I came across a very funny story as I was reading Gervase Bushe’s new book “Clear leadership“. He says his student’s told him about it and is unable to cite the author. Never mind this story is worth telling. It’s called the plan…..
In the beginning there was the plan and then came the assumptions, and the assumptions were without form, and the plan was completely without substance, and darkness fell upon the faces of the workers. And they spake unto their supervisors, saying: “The plan is a crock of sh*t and it stinketh.”
And the supervisors went unto their department heads, and said: “It is a pail of dung, and none may abide the odor thereof.”
And the department heads, went unto their group managers, and said unto them, “It is a container of excrement, and it is very strong, such that none can abide it.”
And the group managers went before their general manager, and said unto him, “It is a vessel of fertilizer and none may abide its strength.”
And the general manager went before the vice-presidents and said “It promoteth growth and is very powerful.”
And the vice-presidents went to the CEO and said unto him: “This powerful new plan will actively promote the growth of this company and all its business units.”
And the CEO looked at plan, saw that it was good, and the plan became policy.
Why do I share this story with you? Here is a question worth pondering. Do you know what your company’s strategy is? If you do, do you really understand it and the role you play in adding value to the “plan?” If you are a manager and find yourself in this situation be scared. Your ability to lead and drive the necessary changes are pretty limited. Even worse your employees are probably more confused about the strategy then you are. In organizations with seemingly endless appetites for re-orgs employees get cynical quickly about another change effort doomed to fall short of the promises of management when they don’t understand the context behind the changes.
Another interesting dynamic I often see is the parallel universes and perspectives of people at various levels of the organizations when discussing change efforts. For example, at work I believe we have made important strides in becoming a more agile organization which is critical to our future success. In a few years time I think we could become the leading innovators of Agile at Sage. I was surprised and disappointed when a couple of valued employees advised they were pretty skeptical about the benefits of agile on Friday. From their perspective the benefits we had promoted as part of our agile transition were far outweighed by the greater overhead, coördination and confusion that goes with more delegation to employees unclear about their roles in this new world. As managers we are eager to promote the win’s without speaking candidly enough about the many challenges that our employees experience as well when we meet as a team. We need to be positive about the future but realistic about the present. Employees must feel safe to raise their concerns publicly without feeling they are undermining management. That said employees should not publicly undermine management either! This can be done, they are not mutually exclusive objectives.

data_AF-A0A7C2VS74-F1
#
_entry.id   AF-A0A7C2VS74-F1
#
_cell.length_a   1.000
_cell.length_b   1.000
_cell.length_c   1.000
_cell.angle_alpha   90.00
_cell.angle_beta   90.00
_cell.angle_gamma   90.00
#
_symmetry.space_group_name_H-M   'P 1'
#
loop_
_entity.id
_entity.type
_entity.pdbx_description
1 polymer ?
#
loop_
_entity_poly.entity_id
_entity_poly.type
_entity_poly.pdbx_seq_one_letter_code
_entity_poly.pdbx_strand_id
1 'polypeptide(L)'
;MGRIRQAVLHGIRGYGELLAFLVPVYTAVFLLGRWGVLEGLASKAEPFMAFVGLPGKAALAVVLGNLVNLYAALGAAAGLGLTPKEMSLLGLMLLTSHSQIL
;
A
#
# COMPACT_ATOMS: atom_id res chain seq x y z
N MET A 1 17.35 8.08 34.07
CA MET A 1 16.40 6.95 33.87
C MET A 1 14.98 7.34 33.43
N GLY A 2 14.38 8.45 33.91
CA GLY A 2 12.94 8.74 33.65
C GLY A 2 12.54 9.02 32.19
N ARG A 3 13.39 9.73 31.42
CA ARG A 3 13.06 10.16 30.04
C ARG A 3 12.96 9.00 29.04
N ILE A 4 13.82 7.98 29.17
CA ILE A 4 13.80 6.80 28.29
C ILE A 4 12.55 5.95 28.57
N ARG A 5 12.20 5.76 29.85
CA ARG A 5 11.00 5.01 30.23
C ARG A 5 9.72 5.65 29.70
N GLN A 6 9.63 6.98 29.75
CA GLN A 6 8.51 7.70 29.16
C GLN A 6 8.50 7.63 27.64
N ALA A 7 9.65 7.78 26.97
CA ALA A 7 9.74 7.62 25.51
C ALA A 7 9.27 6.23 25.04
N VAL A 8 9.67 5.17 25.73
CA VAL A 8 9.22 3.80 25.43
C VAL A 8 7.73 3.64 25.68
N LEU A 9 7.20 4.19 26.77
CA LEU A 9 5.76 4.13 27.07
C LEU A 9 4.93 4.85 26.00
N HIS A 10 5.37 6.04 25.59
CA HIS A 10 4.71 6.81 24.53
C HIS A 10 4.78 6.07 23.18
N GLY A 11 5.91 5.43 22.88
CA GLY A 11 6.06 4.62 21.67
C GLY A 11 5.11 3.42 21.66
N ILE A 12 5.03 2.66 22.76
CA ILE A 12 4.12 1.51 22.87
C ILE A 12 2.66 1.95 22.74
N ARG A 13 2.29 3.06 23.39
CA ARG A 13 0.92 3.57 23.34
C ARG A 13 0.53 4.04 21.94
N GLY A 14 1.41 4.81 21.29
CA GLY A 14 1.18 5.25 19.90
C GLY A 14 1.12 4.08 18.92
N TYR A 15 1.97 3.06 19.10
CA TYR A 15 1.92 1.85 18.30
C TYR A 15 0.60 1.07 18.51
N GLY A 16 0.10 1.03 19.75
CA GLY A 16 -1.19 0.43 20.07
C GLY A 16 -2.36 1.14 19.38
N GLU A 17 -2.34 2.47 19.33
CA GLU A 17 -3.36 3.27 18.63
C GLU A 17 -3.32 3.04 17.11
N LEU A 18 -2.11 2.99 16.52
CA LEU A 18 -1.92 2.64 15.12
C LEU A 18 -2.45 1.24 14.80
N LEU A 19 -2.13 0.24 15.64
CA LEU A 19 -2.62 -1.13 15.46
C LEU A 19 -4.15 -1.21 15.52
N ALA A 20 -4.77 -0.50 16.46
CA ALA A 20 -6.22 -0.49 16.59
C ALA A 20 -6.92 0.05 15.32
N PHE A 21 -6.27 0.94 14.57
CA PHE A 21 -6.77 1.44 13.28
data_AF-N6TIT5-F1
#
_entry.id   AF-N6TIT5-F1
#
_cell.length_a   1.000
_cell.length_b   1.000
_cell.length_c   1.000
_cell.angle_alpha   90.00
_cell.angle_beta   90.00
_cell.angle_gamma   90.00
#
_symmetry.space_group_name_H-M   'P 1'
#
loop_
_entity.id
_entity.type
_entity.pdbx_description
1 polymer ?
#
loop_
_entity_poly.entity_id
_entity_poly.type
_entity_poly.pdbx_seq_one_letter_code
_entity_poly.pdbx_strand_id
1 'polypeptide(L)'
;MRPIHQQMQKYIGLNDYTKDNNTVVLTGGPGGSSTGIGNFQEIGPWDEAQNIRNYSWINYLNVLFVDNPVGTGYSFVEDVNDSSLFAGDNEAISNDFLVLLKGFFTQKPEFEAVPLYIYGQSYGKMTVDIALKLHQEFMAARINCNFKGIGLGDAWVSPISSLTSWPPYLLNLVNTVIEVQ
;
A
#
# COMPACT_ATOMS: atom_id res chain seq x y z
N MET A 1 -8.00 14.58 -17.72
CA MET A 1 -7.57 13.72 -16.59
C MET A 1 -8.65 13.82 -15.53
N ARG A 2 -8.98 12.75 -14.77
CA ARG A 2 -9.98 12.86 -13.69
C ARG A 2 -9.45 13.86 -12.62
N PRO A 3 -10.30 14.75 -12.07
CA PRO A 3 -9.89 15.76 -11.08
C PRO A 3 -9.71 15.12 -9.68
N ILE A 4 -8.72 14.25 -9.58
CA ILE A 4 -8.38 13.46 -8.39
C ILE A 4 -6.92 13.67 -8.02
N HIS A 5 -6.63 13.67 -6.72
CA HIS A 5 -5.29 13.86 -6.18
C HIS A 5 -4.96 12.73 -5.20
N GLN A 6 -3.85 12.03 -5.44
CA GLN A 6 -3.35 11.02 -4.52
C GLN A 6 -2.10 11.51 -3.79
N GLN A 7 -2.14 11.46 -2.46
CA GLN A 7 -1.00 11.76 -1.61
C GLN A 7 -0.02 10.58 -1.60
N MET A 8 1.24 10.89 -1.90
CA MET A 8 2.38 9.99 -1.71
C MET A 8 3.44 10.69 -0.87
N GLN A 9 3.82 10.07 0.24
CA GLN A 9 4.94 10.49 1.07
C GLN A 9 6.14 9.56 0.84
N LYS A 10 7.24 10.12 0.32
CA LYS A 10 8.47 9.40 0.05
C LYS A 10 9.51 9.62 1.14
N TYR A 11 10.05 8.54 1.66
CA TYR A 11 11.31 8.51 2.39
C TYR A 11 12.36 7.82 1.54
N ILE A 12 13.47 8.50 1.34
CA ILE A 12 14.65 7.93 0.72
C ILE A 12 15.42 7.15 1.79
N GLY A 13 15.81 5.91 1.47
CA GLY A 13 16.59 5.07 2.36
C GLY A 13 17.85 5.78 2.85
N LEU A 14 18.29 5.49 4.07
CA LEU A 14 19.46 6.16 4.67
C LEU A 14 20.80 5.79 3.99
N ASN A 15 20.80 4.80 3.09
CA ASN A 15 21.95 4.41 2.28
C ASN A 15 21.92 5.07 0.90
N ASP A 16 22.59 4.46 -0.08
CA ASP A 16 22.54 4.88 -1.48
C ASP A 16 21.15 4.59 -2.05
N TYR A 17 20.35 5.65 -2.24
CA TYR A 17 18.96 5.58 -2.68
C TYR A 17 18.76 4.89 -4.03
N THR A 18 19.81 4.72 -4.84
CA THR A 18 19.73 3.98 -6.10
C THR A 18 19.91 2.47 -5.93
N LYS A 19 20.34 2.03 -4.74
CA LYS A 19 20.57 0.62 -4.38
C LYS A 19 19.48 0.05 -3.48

I came across a very interesting group recently called RLG International. This consulting company based out of Vancouver focuses specifically on connecting company’s from top to bottom, aligning strategy at all levels of the organization and helping employees see how their performance matters to the organization. Their methodology reminds me of many of the core principles of agile development with a focus on operational rhythm, improved visibility, communication and relevant metrics. As Patrick Lencioni reminds us in the Three signs of a miserable job employees will only ever feel fulfilled in their work if they believe their efforts really make a difference to their organizations, they feel valued and there are realistic metrics to quantify and evaluate their contribution. Apparently RLG grew 20% in the midst of the brutal recession last year which is an impressive achievement. Although it seems like they operate in a niche market I believe this is becoming a greater issue for organizations as we struggle to survive and thrive in these turbulent times.
If your organization is unlikely to hire an organization to help communicate your company’s strategy what’s the number one thing you and I can do to address this pressing organizational problem? Be curious! Ask questions. Be constructive but highlight the discrepancies and have some solutions to offer to move the situation forward. If you do have a solid understanding of your organization’s strategy be sure to share your wisdom with your colleagues. Context is huge in helping people succeed with change.
As always, if anyone has any comments I’d love to hear from you.